GADGET WATCH: Microsoft Surface RT

Windows RT is a version of Microsoft’s operating system that runs on ARM devices, and the first Surface tablets with Windows RT have started appearing.

The Surface tablet has received a lot of attention ahead of its release, as it could end up being a serious competitor to the iPad. But can it stand up to the competition, and is it worth it for the enterprise customer?

Hardware and features

The Surface tablet measures 0.37 inches thick and 10.81 inches wide. It weighs 1.5 pounds, with a screen size measuring 10.6 inches. The resolution comes in at 1366×768 pixels.

The Surface is powered by a quad-core Tegra 3 processor and 2GB of RAM. Storage size comes in either 32GB or 64GB, along with a microSD port for portable storage.

Both the front and rear cameras film at 720p, while connectivity includes WiFi, Bluetooth 4 and USB ports.

Battery usage is quoted at eight hours, although that will decrease with constant and consistent usage.

What’s the consensus?

Microsoft has made an effort with its hardware this time around, and reviewers have noted the quality build on the Surface. Over at Engadget, the publication noted the Surface both looks and feels different from some of the cheaper tablets on the market.

In fact, it said, the build feels “amazing”:

“The exterior of the slate is a cool, matte surface that looks dark and feels quite strong and durable. It’s constructed using Microsoft’s Vapor Mg process, which relies on vapor deposition to create this distinctive tactility, which we found ourselves quite drawn to.”

“The material feels amazing in the hand and here it’s used to create a structure that is quite complex, flat on the front and back of course but with the sides angling outward, connecting a facade slightly wider than the rear.”

Gizmodo agreed, praising the build. A tablet that promotes constant, heavy usage needs to feel sturdy, and that’s exactly how the Surface comes across.

“But more importantly, Surface is handsome. That ineffable Hey, this thing feels good quality is lacquered all over Surface.”

TechCrunch, however, noted despite the solid build, there are a few aspects that make it hard to handle – specifically the wide screen.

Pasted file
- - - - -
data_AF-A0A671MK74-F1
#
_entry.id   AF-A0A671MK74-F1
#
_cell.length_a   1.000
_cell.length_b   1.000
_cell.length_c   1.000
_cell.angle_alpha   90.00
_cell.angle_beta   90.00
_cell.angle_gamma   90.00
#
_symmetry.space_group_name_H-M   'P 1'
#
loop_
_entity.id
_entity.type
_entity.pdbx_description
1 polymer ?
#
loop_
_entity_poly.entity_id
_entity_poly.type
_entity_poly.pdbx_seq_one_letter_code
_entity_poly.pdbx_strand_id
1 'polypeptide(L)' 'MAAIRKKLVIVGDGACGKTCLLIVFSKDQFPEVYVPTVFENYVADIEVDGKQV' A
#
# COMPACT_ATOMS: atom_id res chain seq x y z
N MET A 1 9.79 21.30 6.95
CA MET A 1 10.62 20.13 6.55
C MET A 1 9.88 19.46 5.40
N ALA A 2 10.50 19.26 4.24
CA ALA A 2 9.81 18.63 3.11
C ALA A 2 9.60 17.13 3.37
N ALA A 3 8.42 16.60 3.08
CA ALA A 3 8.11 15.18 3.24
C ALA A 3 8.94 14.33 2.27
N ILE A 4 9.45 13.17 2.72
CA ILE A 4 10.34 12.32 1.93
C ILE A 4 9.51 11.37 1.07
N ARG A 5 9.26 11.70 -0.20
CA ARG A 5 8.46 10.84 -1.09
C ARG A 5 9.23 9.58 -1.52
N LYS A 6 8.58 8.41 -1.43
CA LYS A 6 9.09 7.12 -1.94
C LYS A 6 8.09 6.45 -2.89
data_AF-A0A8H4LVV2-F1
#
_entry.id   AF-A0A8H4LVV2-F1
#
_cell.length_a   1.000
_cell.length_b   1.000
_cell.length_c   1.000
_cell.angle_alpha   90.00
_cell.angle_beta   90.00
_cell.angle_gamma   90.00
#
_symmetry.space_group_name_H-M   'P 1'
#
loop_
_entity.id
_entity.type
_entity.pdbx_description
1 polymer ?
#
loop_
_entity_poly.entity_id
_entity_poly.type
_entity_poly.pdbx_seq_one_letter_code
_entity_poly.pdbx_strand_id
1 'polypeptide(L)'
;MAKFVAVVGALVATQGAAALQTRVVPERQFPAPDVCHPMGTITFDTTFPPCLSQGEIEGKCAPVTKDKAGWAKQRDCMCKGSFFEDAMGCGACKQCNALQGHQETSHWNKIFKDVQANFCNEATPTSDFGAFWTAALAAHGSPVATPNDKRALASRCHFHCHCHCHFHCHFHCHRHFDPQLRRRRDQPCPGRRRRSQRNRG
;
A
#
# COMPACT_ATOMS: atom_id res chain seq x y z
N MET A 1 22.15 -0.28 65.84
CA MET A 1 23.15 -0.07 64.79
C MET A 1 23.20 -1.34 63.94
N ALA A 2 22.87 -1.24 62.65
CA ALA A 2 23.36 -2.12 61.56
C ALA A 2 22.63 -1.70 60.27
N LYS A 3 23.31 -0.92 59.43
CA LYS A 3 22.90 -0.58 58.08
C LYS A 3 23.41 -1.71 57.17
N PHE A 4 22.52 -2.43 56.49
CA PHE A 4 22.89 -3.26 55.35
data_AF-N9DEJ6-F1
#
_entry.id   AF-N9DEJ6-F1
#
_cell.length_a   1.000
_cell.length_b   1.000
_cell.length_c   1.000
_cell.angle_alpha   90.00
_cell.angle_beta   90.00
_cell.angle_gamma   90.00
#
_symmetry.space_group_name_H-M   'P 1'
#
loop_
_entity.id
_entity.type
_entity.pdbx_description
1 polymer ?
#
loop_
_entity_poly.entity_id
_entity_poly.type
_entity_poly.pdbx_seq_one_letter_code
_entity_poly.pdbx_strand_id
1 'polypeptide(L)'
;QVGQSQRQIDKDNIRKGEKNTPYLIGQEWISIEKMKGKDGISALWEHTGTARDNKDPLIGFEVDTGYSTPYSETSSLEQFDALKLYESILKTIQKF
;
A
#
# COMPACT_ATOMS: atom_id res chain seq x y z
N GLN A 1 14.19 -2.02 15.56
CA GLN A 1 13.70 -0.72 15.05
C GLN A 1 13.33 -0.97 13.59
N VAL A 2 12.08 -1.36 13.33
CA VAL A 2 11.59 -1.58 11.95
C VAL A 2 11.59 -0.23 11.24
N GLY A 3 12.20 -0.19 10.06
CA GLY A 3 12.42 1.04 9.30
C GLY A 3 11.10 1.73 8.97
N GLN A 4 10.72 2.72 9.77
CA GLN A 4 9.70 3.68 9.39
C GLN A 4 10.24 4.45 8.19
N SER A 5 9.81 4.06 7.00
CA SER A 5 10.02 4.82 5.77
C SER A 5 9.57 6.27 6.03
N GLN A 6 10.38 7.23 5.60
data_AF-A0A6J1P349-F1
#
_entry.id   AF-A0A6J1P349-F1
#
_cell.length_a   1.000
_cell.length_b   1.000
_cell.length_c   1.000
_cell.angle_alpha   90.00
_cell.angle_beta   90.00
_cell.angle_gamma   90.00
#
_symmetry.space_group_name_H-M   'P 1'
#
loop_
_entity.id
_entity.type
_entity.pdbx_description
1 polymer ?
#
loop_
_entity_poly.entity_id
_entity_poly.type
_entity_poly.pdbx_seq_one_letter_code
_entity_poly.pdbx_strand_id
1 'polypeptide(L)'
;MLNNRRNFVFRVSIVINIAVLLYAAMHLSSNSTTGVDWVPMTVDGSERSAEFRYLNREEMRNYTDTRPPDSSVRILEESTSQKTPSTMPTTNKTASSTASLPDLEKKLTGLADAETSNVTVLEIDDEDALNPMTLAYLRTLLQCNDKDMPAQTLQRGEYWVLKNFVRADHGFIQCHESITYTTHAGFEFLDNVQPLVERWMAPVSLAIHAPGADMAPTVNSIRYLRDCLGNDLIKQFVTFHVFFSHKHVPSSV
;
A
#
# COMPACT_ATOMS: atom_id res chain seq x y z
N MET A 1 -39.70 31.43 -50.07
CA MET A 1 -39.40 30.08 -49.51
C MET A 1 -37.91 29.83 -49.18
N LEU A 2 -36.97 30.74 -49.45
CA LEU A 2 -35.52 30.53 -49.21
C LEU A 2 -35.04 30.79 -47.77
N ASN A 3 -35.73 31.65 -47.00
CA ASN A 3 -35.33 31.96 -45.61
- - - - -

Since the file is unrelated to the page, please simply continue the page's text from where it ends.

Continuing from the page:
“When holding it properly, that is, in landscape, it’s a bit too long to be held with one hand. Likewise, when holding it in portrait, it’s too tall to be held comfortably one-handed. In fact, it’s slightly awkward overall.”

The downside of such a high-powered tablet is that without the Touch cover, which features a keyboard, TechCrunch says the device is “basically a big laptop screen without the keyboard”.

“The cover rights the design’s wrongs by forcing the user to use the physical keyboard rather than the on-screen keyboard. Microsoft knows this. After all, Surface is rarely advertised without a Touch Cover, but that doesn’t alleviate the sting of paying another $100+ for a keyboard.”

Gizmodo noted the display, praising it for a crisp clarity and a technology that helps round out jagged edges. The screen “stands up well against the competition”, it said, despite the Retina screen on the iPad beating it out for resolution.

But one of the bigger contributions on the Surface tablet is the keyboard, and as TechCrunch noted, they “work equally as well as they look”.

“The $119 Touch Cover uses touch-sensitive buttons that do not physically move. This Touch Cover is half as thin as its brother, but after spending a week with both, I found I was about half as productive on the Touch Cover versus the Type Cover (see WPP chart below). Both have little touchpads with right and left clicking buttons under the keyboard.”

However, it did say the Touch Cover makes the Surface tablet “ungainly large”:

“When used with the Surface’s kickstand and a Touch Cover, the whole contraption is 10-inches deep. That’s the same depth as a 15-inch MacBook Pro.”

“An iPad with a Logitech Ultrathin Keyboard is only 7-inches deep; most ultrabooks are 9-inches or under. A Surface with a Touch Cover barely fits on most airplane seat-back trays; it doesn’t work at all on the trays that pull out of an armrest. That’s a problem.”

Engadget also noted they were able to type at a “brisk clip…making surprisingly few errors along the way”.

Battery-wise, Engadget noted the device came in at 9:36, which is an impressive amount and puts it in the upper scale of the competition.

However, the tablet seems to come crashing down when it comes to Windows 8. All publications noted a significant amount of bugs when using it, and in a limited fashion it doesn’t provide enough connectivity.

The apps don’t work properly, the touch screen features don’t work as described. It’s simply not working as advertised – and despite the solid hardware, that’s a big problem.

Who’s it for?

You shouldn’t buy this. Microsoft has succeeded in creating a pretty polished piece of hardware – but Windows 8 lets it down badly: It’s buggy, the apps don’t work, and for a device that claims to be a PC, not a tablet, it’s simply not up to scratch.

The Surface is a large tablet, a powerhouse. It’s being marketed by Microsoft as a PC. But if any PC was as buggy as this, you wouldn’t use it. Skip over this one.

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